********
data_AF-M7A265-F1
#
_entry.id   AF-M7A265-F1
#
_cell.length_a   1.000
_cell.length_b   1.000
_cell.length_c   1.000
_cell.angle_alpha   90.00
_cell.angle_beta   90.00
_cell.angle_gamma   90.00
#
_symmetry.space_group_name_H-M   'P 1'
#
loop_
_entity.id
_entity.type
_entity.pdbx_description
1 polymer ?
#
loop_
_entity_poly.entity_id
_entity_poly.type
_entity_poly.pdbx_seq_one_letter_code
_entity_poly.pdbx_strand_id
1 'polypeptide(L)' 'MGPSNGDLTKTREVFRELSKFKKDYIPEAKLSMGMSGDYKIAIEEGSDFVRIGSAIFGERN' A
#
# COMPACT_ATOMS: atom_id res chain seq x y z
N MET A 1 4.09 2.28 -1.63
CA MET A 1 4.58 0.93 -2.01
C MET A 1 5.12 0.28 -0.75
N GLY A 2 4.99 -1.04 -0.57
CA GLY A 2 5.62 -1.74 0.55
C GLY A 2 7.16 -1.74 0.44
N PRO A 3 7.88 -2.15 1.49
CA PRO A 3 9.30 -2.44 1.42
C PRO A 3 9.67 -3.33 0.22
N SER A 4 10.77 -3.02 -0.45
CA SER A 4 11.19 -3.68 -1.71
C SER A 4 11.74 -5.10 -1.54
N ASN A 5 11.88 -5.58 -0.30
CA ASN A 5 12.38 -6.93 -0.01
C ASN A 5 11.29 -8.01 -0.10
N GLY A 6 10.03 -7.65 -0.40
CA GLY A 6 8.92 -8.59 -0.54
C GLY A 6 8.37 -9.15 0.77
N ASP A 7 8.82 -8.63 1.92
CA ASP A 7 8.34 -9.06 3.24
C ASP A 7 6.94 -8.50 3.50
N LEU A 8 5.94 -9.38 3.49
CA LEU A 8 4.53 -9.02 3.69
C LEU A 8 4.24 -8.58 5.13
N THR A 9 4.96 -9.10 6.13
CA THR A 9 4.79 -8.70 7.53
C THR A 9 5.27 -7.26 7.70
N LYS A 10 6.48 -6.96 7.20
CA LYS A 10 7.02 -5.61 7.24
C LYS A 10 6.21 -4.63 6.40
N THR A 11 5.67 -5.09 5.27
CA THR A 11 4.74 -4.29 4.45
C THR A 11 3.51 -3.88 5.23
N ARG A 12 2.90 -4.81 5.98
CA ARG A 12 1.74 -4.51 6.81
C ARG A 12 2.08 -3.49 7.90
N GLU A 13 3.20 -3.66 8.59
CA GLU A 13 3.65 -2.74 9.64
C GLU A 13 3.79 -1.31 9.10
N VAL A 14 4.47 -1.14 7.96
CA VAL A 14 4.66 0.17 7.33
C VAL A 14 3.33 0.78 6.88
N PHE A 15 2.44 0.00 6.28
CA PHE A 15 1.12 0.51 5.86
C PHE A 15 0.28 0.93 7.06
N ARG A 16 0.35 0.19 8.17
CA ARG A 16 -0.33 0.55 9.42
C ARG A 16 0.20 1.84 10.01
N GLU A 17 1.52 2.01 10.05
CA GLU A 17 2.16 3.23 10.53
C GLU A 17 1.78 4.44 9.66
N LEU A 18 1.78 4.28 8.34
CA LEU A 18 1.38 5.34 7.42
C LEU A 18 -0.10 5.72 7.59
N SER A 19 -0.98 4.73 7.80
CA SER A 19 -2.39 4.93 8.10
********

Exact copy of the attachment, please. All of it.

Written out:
data_AF-M7A265-F1
#
_entry.id   AF-M7A265-F1
#
_cell.length_a   1.000
_cell.length_b   1.000
_cell.length_c   1.000
_cell.angle_alpha   90.00
_cell.angle_beta   90.00
_cell.angle_gamma   90.00
#
_symmetry.space_group_name_H-M   'P 1'
#
loop_
_entity.id
_entity.type
_entity.pdbx_description
1 polymer ?
#
loop_
_entity_poly.entity_id
_entity_poly.type
_entity_poly.pdbx_seq_one_letter_code
_entity_poly.pdbx_strand_id
1 'polypeptide(L)' 'MGPSNGDLTKTREVFRELSKFKKDYIPEAKLSMGMSGDYKIAIEEGSDFVRIGSAIFGERN' A
#
# COMPACT_ATOMS: atom_id res chain seq x y z
N MET A 1 4.09 2.28 -1.63
CA MET A 1 4.58 0.93 -2.01
C MET A 1 5.12 0.28 -0.75
N GLY A 2 4.99 -1.04 -0.57
CA GLY A 2 5.62 -1.74 0.55
C GLY A 2 7.16 -1.74 0.44
N PRO A 3 7.88 -2.15 1.49
CA PRO A 3 9.30 -2.44 1.42
C PRO A 3 9.67 -3.33 0.22
N SER A 4 10.77 -3.02 -0.45
CA SER A 4 11.19 -3.68 -1.71
C SER A 4 11.74 -5.10 -1.54
N ASN A 5 11.88 -5.58 -0.30
CA ASN A 5 12.38 -6.93 -0.01
C ASN A 5 11.29 -8.01 -0.10
N GLY A 6 10.03 -7.65 -0.40
CA GLY A 6 8.92 -8.59 -0.54
C GLY A 6 8.37 -9.15 0.77
N ASP A 7 8.82 -8.63 1.92
CA ASP A 7 8.34 -9.06 3.24
C ASP A 7 6.94 -8.50 3.50
N LEU A 8 5.94 -9.38 3.49
CA LEU A 8 4.53 -9.02 3.69
C LEU A 8 4.24 -8.58 5.13
N THR A 9 4.96 -9.10 6.13
CA THR A 9 4.79 -8.70 7.53
C THR A 9 5.27 -7.26 7.70
N LYS A 10 6.48 -6.96 7.20
CA LYS A 10 7.02 -5.61 7.24
C LYS A 10 6.21 -4.63 6.40
N THR A 11 5.67 -5.09 5.27
CA THR A 11 4.74 -4.29 4.45
C THR A 11 3.51 -3.88 5.23
N ARG A 12 2.90 -4.81 5.98
CA ARG A 12 1.74 -4.51 6.81
C ARG A 12 2.08 -3.49 7.90
N GLU A 13 3.20 -3.66 8.59
CA GLU A 13 3.65 -2.74 9.64
C GLU A 13 3.79 -1.31 9.10
N VAL A 14 4.47 -1.14 7.96
CA VAL A 14 4.66 0.17 7.33
C VAL A 14 3.33 0.78 6.88
N PHE A 15 2.44 0.00 6.28
CA PHE A 15 1.12 0.51 5.86
C PHE A 15 0.28 0.93 7.06
N ARG A 16 0.35 0.19 8.17
CA ARG A 16 -0.33 0.55 9.42
C ARG A 16 0.20 1.84 10.01
N GLU A 17 1.52 2.01 10.05
CA GLU A 17 2.16 3.23 10.53
C GLU A 17 1.78 4.44 9.66
N LEU A 18 1.78 4.28 8.34
CA LEU A 18 1.38 5.34 7.42
C LEU A 18 -0.10 5.72 7.59
N SER A 19 -0.98 4.73 7.80
CA SER A 19 -2.39 4.93 8.10